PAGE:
Honolulu, HI
2022 Trust for Public Land ParkScore® Ranking: #43
Honolulu’s ranking is based on five characteristics of an effective park system:
access, investment, acreage, amenities, and equity.
How We Calculated Honolulu’s ParkScore® Rating:
Access
57 out of 100
Acreage
73 out of 100
Investment
45 out of 100
Amenities
45 out of 100
Equity
59 out of 100
How does it work?
Each of the 100 most-populous U.S. cities is awarded points
for 14 measures across the five categories listed above (Access,
Acreage, Investment, Amenities, Equity). The average of those
five category scores give each city its ParkScore® rating.
In evaluating a city's park systems, we consider any
publicly accessible land that functions as a park. ParkScore index methodology
We're working to ensure that every person, in every neighborhood, in every city
across America has a quality park within a 10-minute walk of home.
Is Honolulu meeting that goal?
71%
of residents live within a 10 minute walk of a park.
Median for the 100 ParkScore® cities: 75%
Median for the 14,000 cities and towns in our ParkServe® database: 55%
Percent of residents within a
10-minute walk of a park by age
Children (0 - 19)
Adults (20 - 64)
Seniors (65+)
Percent of residents within a
10-minute walk of a park by income
Percent of residents within a 10-minute walk of a park by race/ethnicity

*Excludes those that report Hispanic origin (which is captured separately from race by the U.S. Census).

Nearby park space by race/ethnicity

Additional Findings:

Residents in neighborhoods where most people identify as a person of color have access to 34% less park space per person than those in predominantly white neighborhoods.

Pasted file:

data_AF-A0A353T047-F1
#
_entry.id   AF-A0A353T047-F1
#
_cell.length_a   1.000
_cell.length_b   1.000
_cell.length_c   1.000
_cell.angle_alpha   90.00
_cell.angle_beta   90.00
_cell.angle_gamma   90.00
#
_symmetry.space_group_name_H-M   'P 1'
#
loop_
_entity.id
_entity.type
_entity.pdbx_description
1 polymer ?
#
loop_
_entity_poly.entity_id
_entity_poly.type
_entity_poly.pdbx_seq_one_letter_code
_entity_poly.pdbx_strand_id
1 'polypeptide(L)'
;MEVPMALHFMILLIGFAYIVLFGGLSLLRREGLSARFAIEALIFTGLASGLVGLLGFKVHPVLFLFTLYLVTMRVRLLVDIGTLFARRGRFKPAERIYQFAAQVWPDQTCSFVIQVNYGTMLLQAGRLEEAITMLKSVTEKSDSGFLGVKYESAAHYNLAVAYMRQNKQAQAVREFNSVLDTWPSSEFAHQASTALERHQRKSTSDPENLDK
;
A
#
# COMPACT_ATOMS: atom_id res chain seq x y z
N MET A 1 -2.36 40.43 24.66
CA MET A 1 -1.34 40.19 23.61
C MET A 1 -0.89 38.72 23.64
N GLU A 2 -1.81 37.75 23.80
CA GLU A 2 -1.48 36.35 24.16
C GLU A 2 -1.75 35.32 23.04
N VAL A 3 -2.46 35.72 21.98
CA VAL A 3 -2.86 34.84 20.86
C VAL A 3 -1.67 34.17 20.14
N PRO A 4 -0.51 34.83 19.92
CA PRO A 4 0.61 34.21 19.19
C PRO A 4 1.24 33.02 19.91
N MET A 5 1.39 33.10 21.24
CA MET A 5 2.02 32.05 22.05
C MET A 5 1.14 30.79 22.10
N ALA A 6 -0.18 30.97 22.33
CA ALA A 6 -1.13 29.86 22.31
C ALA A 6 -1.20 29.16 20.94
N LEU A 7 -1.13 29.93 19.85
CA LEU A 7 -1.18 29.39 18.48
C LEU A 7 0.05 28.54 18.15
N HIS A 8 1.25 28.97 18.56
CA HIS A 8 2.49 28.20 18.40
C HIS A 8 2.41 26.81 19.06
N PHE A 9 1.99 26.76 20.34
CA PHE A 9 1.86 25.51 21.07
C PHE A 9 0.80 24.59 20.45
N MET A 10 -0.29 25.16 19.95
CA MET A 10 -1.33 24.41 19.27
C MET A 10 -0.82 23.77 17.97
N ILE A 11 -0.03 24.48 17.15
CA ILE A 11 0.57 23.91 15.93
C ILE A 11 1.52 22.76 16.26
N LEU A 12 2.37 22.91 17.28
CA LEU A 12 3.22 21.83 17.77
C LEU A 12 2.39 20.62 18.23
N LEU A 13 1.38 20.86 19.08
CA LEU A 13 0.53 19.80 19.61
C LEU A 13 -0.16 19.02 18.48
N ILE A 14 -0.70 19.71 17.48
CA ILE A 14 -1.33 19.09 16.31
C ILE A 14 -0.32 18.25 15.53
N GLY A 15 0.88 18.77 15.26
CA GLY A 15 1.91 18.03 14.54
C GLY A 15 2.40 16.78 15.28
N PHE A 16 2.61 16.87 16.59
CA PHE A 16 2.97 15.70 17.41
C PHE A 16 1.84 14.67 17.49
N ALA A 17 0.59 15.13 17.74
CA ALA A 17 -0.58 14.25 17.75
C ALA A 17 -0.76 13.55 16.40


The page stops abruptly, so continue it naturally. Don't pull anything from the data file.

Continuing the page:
Any Census-designated race/ethnicity not shown above does not meet the minimum threshold to be displayed.

Nearby park space by income

Additional Findings:

Residents in low-income neighborhoods have access to 3% more park space per person than those in high-income neighborhoods.

18%
of Honolulu's city land is used for parks and recreation.
Median for 100 ParkScore® cities: 19%
Median for all 14,000 cities and towns in our ParkServe® database: 15%
Where in Honolulu Are Parks Needed Most?
Honolulu Has 450 Parks
We’ve mapped park access in 14,000 cities and towns across the country. Our free mapping platform helps you pinpoint where to focus park investments in your city.
Explore the map
See Honolulu's Map
Honolulu Park Amenities Compared to the 100 Most-Populous U.S. Cities
Basketball Hoops
50 points out of 100
3.8 per 10,000 people
Dog Parks
25 points out of 100
0.8 per 100,000 people
Playgrounds
14 points out of 100
1.6 per 10,000 people
Bathrooms
77 points out of 100
2.5 per 10,000 people
Recreation and Senior Centers
100 points out of 100
1.7 per 20,000 people
Splashpads
1 points out of 100
0 per 100,000 people
Honolulu’s Park Spending Per Capita
Honolulu’s total spending per capita: $98
National Averages, Spending Per Capita:
City agency: $83 (85%)
Other public agencies: $7 (7%)
Private organizations: $5 (5%)
Monetized volunteer hours: $3 (3%)
TOTAL: $98
Mayor Kirk Caldwell has pledged to adopt long-term, system-wide strategies to make sure every Honolulu resident has access to all the benefits parks provide.
"I have endorsed the vision that everyone should have a park or open space within a 10-minute walk of home." — Mayor Caldwell
Learn about the 10-Minute Walk campaign
Partner With Us
You believe we all need access to great parks. We can help you reach that goal.
Contact Lea Hong, Hawaii State Director at the Trust for Public Land
Contact us
We’re Helping People Connect with Nature Near You
hi_galbraithestate_07132012_001.jpg

The Trust for Public Land worked with its partners to purchase and protect this former pineapple plantation for use by local farmers on O'ahu.

Helemano Wilderness Recreation Area, O'ahu

In 2018, The Trust for Public Land purchased nearly 2,900 acres of watershed and former plantation land in the Helemano area of Central O‘ahu from Dole Food Company and conveyed it to the State of Hawai‘i Department of Land and Natural Resources, Division of Forestry and Wildlife (“DOFAW”). The...